We actually started our chicken keeping adventure in April 2011 when I started buying eggs at the local farmers market. Each carton included some brown and some blue eggs. I was intrigued with the blue eggs especially. Then in May I visited the home of a friend who had chickens. She showed me her chicken coop which was a small barn. In one of the nesting boxes was a beautiful blue egg. She gave it to me - still warm, and I was hooked. I ordered two books about chickens from Amazon.com and started planning.
We took the first major step toward making our dreams a reality on Tuesday, June 7th when we got our chicken coop. We found it on Craigslist - built by a guy in Monteagle, TN. He met us at a gas station with the coop on a trailer. The coop was just what we were looking for and it was good workmanship. The guy also had an extra 6-ft run that we bought so our chickens would have plenty of room.
Although I like the chicken coop, we had to make some modifications. We put in a wide door along the bottom of the coop. Then we bought two washing machine drip trays at Home Depot to slide through the door to be the poop catchers under the roosts. We used c-clamps to attach the extra run to the main one, and we put locks on the nest box lids since we wanted to be sure to keep predators out.
I became a fanatic about Craigslist - checking it frequently for chickens for sale. I was impatient and didn't want to start with chicks. I wanted pullets that were at least two or three months old so I wouldn't have to wait so long for eggs! One day I found someone with a farm about 45 minutes away who was selling 4-month old pullets. I checked out their webpage - Wedge Oak Farm in Lebanon, TN. Everything checked out and my husband and I, along with our two oldest granddaughters (ages 8 and 10) drove there on June 14th and got 7 pullets. We loved their farm, and their chickens were so healthy and beautiful. We were very pleased with our purchase.
We had planned on getting only 6 pullets. However, the grandgirls fell in love with a black and white one (an Ancona), and so we got her, too. We got Rosemary (New Hampshire Red), Abby, Annabelle and Ariel (Aracaunas - so they said - they're really Easter Eggers), Blackie (Little Black Giant), Willow (supposedly a Welsummer but turned out to be an Easter Egger) and Oreo (the Ancona). They were all hatched on February 15, 2011. So they were exactly 17 weeks old the day we got them. I wanted a variety of colored eggs, and I should have that - white, brown and blue/green!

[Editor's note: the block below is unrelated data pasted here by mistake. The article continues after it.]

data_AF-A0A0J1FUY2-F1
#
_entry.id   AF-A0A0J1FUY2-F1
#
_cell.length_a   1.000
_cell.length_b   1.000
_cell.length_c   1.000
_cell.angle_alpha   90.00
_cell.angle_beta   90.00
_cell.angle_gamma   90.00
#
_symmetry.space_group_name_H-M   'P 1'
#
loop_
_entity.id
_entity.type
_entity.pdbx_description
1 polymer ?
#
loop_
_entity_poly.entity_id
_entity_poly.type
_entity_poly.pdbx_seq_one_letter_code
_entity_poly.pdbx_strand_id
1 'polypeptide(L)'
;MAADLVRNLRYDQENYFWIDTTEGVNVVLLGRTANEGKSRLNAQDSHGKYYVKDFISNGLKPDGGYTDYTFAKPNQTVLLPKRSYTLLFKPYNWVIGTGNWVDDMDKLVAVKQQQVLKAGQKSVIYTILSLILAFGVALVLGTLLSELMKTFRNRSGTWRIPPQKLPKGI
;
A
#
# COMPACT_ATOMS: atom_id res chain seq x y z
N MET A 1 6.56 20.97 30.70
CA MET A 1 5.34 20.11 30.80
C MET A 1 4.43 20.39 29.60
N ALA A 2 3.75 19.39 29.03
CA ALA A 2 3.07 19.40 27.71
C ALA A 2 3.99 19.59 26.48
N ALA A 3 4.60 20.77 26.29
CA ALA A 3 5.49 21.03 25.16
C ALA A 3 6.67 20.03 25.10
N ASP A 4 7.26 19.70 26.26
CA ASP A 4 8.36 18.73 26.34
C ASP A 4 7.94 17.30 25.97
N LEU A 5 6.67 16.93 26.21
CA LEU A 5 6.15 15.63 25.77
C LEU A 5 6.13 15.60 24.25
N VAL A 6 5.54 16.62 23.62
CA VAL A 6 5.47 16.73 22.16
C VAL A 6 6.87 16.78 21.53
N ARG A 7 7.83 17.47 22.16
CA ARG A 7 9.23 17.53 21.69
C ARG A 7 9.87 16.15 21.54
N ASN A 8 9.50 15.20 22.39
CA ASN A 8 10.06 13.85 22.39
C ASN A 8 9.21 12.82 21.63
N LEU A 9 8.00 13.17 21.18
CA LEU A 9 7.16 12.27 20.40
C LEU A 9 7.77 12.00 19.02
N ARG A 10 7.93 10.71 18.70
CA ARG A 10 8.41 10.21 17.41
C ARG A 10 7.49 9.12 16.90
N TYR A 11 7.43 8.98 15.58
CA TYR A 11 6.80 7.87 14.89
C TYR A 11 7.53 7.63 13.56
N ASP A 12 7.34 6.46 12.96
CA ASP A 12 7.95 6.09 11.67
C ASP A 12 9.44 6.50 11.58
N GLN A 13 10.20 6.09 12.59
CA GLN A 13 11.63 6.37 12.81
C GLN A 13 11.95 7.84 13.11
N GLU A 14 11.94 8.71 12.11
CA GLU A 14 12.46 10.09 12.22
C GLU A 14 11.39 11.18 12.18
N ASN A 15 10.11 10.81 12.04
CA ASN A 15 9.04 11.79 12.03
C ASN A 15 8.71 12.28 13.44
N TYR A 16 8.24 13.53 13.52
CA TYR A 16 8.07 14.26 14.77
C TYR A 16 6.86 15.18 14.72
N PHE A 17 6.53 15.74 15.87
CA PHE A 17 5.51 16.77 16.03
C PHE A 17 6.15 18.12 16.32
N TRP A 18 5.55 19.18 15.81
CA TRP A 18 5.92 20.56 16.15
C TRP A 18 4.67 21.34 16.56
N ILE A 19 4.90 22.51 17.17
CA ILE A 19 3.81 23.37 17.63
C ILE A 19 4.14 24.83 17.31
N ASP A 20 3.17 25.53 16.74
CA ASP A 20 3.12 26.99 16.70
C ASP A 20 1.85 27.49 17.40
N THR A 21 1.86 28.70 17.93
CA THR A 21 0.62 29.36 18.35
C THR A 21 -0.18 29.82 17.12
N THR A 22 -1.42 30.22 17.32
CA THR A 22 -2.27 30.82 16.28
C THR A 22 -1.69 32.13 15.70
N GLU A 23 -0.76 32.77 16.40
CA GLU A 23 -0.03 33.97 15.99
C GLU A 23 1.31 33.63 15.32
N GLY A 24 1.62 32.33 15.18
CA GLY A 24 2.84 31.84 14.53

And now I keep looking at online catalogs and thinking of getting some chicks later. We don't NEED more chickens, but I definitely have chicken fever. . . but what would I do with more chickens and more eggs?
Here is our little flock - one week after joining our family. We hope to start getting eggs within a few weeks. I'm also looking into getting a livestock guardian dog so that I can let the chickens out of the run to free range sometimes when I'm not right there to keep an eye on them.
Update: On September 7th we got 8 new chicks: 4 day-old chicks from Meyer Hatchery (1 welsummer, 1 light brown leghorn, and 2 Easter eggers), and 4 Araucanas from a private breeder. The four breeder chicks are all female. The four Araucanas are straight run. We're hoping for at least one pullet from the bunch, and we'd be thrilled with two pullets.
My children gave me an incubator for my birthday. So on September 12th I set the first eggs. I had ordered nine eggs from Meyer Hatchery (2 BR, 2 RIR, 2 Golden Laced Wyandottes and 3 Light Brown Leghorns), I got 4 easter eggers eggs from a private breeder on eBay, and 4 Welsummer eggs (included 3 extras) from another private breeder on eBay. I also got eggs from a local BYC friend - one BR and five NH/RIR mixes. They should start hatching around October 3rd. I set the welsummer eggs two days after the others - so they won't hatch until around October 5th.